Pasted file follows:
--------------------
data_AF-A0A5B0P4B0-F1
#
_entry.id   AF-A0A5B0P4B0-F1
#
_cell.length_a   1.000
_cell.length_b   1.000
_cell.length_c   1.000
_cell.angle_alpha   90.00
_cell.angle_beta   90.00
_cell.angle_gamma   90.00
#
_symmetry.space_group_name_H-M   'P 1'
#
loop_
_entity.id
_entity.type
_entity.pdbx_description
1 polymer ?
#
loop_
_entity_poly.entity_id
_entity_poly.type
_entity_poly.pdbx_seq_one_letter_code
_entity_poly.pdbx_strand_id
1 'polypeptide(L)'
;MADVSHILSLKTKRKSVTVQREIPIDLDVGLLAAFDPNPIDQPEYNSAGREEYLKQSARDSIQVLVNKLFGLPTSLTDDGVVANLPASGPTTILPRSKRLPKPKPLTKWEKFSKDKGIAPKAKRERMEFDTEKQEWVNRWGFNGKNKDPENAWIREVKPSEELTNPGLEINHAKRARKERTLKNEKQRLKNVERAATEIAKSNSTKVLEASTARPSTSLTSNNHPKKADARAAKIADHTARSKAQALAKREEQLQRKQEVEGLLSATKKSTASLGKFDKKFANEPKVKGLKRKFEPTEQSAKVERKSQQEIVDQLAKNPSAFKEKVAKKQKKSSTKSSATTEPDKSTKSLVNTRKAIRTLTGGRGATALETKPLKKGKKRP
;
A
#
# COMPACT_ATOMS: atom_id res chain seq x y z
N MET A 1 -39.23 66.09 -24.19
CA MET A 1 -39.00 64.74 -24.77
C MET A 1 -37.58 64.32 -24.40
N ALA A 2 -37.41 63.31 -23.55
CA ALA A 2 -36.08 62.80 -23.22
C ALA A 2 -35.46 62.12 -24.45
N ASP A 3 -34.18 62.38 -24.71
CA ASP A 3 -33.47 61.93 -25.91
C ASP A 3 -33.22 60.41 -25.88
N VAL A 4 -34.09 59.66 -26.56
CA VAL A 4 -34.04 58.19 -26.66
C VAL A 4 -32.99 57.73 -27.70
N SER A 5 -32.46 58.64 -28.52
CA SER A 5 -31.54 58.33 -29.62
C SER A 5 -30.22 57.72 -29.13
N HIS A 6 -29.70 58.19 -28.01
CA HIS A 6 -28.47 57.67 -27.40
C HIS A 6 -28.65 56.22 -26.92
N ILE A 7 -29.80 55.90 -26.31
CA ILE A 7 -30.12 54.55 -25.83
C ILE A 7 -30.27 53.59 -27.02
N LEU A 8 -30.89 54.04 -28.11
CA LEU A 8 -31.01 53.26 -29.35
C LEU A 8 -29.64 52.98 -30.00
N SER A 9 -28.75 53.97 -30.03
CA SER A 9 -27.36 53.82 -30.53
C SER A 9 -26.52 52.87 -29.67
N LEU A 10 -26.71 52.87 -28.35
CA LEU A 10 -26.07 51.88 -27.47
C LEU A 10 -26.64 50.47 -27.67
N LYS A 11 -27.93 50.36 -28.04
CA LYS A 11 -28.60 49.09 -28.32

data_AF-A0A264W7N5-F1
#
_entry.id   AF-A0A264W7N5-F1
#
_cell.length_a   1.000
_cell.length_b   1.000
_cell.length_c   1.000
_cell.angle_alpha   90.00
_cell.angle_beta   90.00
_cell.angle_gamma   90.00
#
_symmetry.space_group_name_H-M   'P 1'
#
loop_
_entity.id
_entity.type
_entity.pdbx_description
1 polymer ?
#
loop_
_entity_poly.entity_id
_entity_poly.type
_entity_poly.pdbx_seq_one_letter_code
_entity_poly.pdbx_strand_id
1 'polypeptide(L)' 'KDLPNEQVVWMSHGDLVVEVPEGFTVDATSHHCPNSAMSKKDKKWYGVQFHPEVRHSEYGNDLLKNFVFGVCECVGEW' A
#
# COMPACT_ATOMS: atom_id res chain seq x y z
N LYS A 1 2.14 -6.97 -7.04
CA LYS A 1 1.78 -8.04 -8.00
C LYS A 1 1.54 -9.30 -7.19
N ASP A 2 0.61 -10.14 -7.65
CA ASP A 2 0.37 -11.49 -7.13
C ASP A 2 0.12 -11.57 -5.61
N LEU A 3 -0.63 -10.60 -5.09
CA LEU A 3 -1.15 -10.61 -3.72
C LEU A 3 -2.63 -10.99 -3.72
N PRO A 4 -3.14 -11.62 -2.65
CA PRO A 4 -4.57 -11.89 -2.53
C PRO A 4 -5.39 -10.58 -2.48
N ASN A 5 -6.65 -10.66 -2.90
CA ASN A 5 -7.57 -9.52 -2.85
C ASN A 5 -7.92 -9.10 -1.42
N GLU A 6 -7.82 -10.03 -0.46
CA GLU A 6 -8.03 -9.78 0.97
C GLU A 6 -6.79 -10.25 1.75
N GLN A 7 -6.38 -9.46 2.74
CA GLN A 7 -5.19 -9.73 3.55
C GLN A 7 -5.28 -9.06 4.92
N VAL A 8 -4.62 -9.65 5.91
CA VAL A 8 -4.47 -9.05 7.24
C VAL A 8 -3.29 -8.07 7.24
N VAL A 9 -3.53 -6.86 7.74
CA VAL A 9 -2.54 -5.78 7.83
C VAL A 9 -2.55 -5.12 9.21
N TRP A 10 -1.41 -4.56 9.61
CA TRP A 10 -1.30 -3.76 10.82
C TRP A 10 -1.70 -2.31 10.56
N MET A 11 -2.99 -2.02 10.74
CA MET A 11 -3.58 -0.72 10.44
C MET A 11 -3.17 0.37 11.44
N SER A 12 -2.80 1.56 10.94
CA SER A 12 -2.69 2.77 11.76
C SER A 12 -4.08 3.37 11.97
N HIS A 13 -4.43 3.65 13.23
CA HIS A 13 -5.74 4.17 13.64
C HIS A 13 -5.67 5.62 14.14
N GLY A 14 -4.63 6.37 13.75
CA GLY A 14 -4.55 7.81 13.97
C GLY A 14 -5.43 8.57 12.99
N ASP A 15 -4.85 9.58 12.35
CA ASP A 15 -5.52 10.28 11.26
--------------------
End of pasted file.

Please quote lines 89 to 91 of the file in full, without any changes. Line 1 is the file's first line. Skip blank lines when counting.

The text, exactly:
# COMPACT_ATOMS: atom_id res chain seq x y z
N LYS A 1 2.14 -6.97 -7.04
CA LYS A 1 1.78 -8.04 -8.00